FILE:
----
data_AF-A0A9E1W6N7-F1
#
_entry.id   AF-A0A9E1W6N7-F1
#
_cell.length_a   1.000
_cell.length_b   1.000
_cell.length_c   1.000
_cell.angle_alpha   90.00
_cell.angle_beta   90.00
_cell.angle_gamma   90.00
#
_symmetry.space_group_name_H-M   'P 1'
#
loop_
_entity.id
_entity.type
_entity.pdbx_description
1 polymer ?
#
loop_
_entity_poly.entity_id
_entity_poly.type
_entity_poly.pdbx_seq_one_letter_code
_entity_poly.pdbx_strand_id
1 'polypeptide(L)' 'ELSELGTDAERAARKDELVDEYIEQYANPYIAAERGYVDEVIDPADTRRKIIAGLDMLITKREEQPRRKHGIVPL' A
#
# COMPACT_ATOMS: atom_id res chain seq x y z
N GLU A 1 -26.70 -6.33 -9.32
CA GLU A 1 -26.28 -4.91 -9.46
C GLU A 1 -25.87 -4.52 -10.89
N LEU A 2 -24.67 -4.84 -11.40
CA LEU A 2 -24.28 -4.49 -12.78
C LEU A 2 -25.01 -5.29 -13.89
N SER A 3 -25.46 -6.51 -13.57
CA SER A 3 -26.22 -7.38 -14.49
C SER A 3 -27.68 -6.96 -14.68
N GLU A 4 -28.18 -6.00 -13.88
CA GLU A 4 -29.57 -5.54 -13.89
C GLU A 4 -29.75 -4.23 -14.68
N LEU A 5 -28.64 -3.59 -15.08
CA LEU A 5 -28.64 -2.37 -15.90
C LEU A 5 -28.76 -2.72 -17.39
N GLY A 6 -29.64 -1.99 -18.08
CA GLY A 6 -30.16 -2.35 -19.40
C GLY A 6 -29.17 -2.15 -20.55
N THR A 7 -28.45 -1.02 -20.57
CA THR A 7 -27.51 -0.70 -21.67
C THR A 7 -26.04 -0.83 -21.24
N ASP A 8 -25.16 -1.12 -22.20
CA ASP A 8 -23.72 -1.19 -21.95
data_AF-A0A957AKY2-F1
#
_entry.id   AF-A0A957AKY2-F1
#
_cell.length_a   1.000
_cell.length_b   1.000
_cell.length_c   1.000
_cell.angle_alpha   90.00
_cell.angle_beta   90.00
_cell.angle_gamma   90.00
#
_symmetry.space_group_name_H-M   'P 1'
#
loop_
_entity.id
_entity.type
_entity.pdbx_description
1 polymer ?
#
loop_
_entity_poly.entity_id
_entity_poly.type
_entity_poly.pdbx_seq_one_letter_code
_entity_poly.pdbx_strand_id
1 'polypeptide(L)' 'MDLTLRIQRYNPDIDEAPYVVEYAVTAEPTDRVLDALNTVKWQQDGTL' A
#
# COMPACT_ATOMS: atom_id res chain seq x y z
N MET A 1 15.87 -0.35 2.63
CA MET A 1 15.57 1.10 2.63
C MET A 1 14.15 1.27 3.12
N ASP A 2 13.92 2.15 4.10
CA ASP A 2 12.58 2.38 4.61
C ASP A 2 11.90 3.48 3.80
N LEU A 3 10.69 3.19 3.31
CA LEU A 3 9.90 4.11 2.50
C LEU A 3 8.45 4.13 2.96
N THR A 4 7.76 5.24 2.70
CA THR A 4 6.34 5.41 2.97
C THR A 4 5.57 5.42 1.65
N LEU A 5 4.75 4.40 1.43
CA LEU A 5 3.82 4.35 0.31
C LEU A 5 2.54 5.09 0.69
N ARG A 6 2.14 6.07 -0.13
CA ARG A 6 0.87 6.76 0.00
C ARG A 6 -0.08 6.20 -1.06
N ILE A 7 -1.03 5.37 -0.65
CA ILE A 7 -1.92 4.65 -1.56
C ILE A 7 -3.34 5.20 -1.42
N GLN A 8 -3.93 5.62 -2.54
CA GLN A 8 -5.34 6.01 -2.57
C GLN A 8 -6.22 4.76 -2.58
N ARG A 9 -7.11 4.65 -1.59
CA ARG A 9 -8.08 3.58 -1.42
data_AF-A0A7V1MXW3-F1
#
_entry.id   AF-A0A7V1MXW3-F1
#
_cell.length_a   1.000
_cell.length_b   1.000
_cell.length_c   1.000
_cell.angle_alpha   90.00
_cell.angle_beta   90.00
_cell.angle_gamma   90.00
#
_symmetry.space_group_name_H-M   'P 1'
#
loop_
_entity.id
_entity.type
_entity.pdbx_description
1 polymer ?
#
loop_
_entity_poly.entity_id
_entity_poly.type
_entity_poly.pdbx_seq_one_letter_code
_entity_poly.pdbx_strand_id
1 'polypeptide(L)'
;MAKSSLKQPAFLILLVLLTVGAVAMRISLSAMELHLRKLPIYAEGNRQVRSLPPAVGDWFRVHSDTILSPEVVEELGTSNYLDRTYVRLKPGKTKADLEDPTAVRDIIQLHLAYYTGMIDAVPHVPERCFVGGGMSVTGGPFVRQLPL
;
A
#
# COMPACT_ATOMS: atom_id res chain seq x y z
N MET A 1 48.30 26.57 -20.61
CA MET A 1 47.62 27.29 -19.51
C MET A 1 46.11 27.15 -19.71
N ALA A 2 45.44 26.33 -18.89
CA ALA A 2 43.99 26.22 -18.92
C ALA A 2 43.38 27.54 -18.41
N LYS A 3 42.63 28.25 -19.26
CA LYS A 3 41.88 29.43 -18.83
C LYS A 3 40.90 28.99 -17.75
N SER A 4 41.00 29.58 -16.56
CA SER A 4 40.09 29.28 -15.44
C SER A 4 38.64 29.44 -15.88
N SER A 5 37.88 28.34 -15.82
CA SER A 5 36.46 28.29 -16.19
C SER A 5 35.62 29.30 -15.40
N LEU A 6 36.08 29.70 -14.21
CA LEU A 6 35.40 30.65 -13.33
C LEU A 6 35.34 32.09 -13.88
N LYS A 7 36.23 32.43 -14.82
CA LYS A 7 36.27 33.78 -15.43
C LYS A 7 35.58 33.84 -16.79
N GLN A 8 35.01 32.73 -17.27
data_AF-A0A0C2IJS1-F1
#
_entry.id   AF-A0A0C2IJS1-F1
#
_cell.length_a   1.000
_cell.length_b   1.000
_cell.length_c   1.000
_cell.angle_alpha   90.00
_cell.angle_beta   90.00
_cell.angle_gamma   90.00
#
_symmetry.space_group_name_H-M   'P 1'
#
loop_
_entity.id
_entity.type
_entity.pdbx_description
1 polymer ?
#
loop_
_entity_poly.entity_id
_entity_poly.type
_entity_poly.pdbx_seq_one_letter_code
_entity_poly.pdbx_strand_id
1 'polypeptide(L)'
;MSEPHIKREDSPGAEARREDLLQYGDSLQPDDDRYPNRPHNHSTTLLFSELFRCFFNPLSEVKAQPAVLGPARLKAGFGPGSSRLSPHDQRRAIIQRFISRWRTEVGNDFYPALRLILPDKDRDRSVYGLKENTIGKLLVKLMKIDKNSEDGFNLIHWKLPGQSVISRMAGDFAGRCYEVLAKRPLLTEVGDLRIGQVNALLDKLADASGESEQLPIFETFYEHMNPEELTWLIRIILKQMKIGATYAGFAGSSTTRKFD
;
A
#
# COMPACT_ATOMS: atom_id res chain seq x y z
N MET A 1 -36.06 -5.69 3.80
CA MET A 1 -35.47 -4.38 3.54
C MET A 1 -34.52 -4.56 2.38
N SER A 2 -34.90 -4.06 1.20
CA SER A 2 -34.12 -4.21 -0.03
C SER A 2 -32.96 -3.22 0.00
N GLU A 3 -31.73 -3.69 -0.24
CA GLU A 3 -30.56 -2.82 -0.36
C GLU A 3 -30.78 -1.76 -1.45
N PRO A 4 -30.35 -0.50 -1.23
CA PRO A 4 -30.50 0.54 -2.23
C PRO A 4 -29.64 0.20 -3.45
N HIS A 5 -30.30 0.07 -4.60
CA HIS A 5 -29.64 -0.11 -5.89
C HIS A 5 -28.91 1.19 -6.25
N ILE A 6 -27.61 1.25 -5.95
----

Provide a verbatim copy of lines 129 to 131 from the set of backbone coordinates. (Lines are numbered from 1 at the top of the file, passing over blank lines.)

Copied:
;MAKSSLKQPAFLILLVLLTVGAVAMRISLSAMELHLRKLPIYAEGNRQVRSLPPAVGDWFRVHSDTILSPEVVEELGTSNYLDRTYVRLKPGKTKADLEDPTAVRDIIQLHLAYYTGMIDAVPHVPERCFVGGGMSVTGGPFVRQLPL
;
A